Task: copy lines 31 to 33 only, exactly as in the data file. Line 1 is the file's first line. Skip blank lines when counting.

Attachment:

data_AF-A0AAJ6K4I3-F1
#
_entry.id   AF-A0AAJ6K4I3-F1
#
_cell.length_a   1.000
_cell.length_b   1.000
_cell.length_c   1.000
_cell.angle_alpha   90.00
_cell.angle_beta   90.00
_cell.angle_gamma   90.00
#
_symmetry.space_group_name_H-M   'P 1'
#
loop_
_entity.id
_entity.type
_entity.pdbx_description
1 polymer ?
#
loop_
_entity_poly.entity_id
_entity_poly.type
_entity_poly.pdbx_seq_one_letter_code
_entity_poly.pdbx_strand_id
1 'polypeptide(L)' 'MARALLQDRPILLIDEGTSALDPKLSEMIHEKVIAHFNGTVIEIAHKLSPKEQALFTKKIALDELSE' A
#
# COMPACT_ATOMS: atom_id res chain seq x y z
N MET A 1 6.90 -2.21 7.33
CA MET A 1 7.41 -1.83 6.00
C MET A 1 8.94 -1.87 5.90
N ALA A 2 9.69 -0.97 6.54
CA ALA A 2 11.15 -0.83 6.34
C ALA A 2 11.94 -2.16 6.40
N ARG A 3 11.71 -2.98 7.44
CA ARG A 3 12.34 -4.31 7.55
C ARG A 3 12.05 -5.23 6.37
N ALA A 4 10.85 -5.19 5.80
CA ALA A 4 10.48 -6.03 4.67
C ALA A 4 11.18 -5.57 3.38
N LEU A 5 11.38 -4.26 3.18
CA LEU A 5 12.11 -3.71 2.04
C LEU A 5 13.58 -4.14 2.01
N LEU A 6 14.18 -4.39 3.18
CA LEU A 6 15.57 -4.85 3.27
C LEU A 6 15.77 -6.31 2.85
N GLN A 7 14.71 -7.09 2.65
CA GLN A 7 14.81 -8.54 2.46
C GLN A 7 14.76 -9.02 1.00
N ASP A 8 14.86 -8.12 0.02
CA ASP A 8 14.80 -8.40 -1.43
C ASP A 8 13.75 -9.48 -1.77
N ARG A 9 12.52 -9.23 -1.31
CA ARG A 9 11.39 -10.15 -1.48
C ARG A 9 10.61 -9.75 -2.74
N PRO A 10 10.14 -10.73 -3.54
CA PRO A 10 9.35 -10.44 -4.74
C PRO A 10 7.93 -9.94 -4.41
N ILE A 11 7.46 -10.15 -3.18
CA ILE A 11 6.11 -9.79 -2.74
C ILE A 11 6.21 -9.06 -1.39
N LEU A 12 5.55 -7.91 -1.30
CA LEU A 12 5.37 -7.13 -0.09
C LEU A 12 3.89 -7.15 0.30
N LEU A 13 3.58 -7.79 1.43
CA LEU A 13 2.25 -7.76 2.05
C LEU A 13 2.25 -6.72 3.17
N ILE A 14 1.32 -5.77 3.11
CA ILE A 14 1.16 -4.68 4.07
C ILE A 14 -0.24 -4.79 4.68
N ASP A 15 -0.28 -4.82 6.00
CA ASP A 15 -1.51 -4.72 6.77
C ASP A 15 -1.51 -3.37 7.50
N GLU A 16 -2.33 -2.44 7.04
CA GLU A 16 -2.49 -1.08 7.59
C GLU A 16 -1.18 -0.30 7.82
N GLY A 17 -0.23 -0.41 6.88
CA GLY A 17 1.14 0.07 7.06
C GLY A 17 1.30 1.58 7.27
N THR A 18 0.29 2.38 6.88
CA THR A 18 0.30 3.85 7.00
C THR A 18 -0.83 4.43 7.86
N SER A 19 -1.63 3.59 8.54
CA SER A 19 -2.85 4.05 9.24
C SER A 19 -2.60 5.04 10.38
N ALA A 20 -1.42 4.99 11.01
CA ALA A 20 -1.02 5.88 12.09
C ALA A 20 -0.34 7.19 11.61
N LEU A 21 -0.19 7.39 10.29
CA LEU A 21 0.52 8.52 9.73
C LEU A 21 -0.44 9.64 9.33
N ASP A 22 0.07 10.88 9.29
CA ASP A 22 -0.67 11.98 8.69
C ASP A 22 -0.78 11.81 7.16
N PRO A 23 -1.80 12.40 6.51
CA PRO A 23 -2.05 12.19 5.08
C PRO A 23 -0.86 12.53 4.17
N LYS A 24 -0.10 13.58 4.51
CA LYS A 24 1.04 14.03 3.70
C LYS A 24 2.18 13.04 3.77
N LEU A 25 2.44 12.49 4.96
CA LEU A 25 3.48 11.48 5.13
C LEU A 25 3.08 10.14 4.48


N ALA A 2 9.69 -0.97 6.54
CA ALA A 2 11.15 -0.83 6.34
C ALA A 2 11.94 -2.16 6.40